The thing lacking in both the original article and the comments here (except for a few) is that ultrasonographic imaging has many diagnostic applications outside of neonatal care. Cardiopulmonary medicine, nephrology, hepatology, endocrinology, gastroenterology... the list goes on. All of these applications would make low cost, portable ultrasonography extremely beneficial in third world and developing countries.

more than 2 years ago
top

Which Company Is the Largest?

SnowDog74 Carrying value (378 comments)

Market cap is a completely nonsensical way of saying "what's the largest company". Market cap is simply whatever irrational price the market has placed upon a company, and has zilch to do with its actual value as a cash generating engine.

For that, one has to look at book value or intrinsic value, as defined by Graham, Dodd, Buffett and others in the value investing fold. Book value (or carrying value) is simply assets minus liabilities minus intangibles (e.g. goodwill, the paid in capital during acquisition of other companies in excess of their book value). Intrinsic value, more or less, includes the net present value of discounted cash flows looking probably five or six quarters forward (any more than that is pure speculation as companies tend not to forecast out more than a year or two from the known inputs into their business).

A third way of looking at it is net working capital plus net operating cash flows... paring it down to inventories on the balance sheet side (working capital) and cash flows related directly to the sale of their goods/services, and not via financing activities, acquisition, etc. This is a really strong measure of how powerful a business is. By almost all of these measures, Apple is pretty strong, but their market capitalization seems to have them overvalued several times relative to what their future cash generating ability truly is.... which is why you won't see any offers for acquisition any time soon, not that Apple would entertain any of them anyway.

more than 3 years ago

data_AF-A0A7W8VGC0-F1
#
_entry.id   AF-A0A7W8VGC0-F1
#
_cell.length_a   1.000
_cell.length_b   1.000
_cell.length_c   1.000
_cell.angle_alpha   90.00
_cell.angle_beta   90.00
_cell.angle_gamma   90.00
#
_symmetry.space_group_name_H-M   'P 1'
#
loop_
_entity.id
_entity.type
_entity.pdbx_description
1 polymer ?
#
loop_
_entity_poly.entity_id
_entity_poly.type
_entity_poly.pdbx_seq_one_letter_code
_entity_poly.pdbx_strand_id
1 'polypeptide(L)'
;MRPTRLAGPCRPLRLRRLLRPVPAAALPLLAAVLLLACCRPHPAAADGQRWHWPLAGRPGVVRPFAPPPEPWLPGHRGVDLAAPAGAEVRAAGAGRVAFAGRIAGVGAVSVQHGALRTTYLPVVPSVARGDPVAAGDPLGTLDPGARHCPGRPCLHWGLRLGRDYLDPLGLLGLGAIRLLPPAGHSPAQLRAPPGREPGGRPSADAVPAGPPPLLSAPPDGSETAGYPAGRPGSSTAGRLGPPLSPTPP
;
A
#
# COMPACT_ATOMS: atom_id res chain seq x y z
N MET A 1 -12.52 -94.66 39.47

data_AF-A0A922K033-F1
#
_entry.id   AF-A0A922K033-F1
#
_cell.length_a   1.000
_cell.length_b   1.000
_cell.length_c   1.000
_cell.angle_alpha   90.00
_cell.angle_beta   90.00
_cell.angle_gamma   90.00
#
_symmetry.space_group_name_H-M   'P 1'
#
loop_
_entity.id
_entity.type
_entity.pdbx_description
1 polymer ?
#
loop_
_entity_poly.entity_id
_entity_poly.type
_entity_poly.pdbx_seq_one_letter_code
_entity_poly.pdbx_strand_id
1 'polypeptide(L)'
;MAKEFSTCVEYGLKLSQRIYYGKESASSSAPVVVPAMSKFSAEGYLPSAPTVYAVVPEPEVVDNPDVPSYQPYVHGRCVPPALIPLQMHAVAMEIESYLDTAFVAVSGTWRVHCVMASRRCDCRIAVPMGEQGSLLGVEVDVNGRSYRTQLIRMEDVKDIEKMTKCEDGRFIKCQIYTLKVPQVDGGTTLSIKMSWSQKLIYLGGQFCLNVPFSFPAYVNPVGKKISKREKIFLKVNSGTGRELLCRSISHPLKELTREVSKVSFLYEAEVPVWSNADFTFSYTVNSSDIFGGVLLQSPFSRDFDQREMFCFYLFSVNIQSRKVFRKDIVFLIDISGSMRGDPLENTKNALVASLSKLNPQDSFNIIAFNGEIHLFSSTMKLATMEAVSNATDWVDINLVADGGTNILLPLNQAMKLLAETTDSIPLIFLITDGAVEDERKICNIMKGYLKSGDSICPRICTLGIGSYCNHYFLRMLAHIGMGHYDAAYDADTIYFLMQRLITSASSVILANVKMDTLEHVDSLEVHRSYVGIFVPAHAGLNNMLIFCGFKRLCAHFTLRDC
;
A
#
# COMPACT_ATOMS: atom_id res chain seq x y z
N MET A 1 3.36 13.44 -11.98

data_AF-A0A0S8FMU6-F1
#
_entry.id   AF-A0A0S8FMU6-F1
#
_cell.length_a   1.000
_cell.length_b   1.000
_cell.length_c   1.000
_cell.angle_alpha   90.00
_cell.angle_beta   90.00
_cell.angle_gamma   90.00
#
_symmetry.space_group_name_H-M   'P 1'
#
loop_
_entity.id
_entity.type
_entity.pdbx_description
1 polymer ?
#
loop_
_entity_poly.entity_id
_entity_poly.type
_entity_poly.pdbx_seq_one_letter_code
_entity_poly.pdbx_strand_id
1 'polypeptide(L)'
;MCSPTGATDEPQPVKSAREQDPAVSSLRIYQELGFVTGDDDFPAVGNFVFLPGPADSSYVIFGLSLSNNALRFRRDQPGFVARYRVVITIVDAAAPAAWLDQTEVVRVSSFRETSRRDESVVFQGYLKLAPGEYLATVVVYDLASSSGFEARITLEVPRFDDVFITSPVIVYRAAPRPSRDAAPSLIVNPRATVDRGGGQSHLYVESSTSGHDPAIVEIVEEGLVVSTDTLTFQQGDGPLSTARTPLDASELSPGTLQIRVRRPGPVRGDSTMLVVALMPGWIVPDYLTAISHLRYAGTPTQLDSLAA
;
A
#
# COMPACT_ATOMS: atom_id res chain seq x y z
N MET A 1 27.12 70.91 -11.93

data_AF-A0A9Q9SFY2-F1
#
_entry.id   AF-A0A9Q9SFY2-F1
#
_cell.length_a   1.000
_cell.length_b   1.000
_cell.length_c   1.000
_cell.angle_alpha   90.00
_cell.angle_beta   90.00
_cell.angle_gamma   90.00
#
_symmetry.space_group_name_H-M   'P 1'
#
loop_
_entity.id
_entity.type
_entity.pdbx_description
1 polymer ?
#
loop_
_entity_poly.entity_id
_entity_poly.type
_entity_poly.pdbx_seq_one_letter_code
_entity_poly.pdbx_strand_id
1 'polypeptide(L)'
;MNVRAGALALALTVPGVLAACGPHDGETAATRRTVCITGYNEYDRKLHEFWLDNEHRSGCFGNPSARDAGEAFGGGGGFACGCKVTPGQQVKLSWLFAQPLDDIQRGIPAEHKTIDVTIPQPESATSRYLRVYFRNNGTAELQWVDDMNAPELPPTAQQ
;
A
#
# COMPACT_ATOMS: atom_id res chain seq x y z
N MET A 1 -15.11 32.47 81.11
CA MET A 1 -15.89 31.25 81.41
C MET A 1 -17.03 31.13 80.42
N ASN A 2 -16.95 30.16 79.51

top

Why Apple's DUI Checkpoint App Ban Is Stupid

SnowDog74 To Nick Gillespie (228 comments)

R.Y.O.F.A.

more than 3 years ago
top

PayPal Co-Founder Gives Out $100,000 To Not Go To College

SnowDog74 There are two sides to every bet... (418 comments)

As a venture capitalist, Peter Thiel benefits from a larger pool of potential innovators to work from. Even better if they're college-age whiz kids who will work for pizza and beer. He's very skilled and knowledgeable at identifying winners, but he's also operating under a huge capital blanket that allows him to spread his bets and mitigate his losses.

The other side of this equation is the kid who takes him up on the bet. For every one that's actually successful, there may be 10 or 100 grant recipients who fail, and hundreds of thousands of grant applicants who take up Thiel's challenge but don't end up qualifying for the grant anyway. So, this is ultimately a losing proposition for many, as is often the case.

It is really important that young people recognize that the handful of startups that succeed enormously, distorted by the myopic lens of the media, are vastly outnumbered by the carcasses of miserable failures, many of which were well-planned, well-executed, but simply not in the right place at the right time with the right connections. And here's the rub: The two most talented pools of business innovation fellows come out of Stanford and MIT... which not only teach the necessary skills to make successful ventures, but also put those students in an environment conducive to building the right networks of people with fresh ideas that they can get off the ground before anyone else. Notice I didn't say "get there first"... Many get there first, and then don't know what to do from there, and never get truly off the ground.

Consider on a smaller scale the movie review websites Cinemablend and Ain't It Cool News... There are seas of film websites that come and go, but these two were able to monetize successfully simply by virtue of being among the first to get there, and they both rely on a relatively endless supply of free labor. But even they are working constantly just to stay in place. I know a guy who runs a film website with huge traffic and he can barely pay himself, let alone his 50 tireless volunteers.

Apple was there early. Google was there early. Facebook wasn't there first but they were in the right place (both Harvard and Stanford) at the right time, and they made some key innovations that no other social networks had thought of (most people who want to find former classmates go to Facebook. It's funny what one single field of data can do... but Facebook thought of it, and implemented it well).

So it's really critical to have a backup plan because the fact is, the market is so saturated that statistically most of you will never be a Mark Zuckerberg, Steve Jobs, Bill Gates, Sergey Brin, Larry Page, etc. It would be great to see it, but I wouldn't bank on it.

Peter Thiel is another story... because no matter how many of you lose, he still wins.

more than 3 years ago
top

HDMI Brands Don't Matter

SnowDog74 Re:Receivers should have error counters (399 comments)

I'm always amused when audiophiles (pronounced: "scientifically illiterate people with more money than brains") tout the potential for "digital jitter" or "coloration" of the signal when Pohlmann's Principles of Digital Audio had outlined that most DACs in production were manufactured with sufficient sample and hold buffering as well as internal reclocking of the signal and parity checking to eliminate such errors ... by around 1985.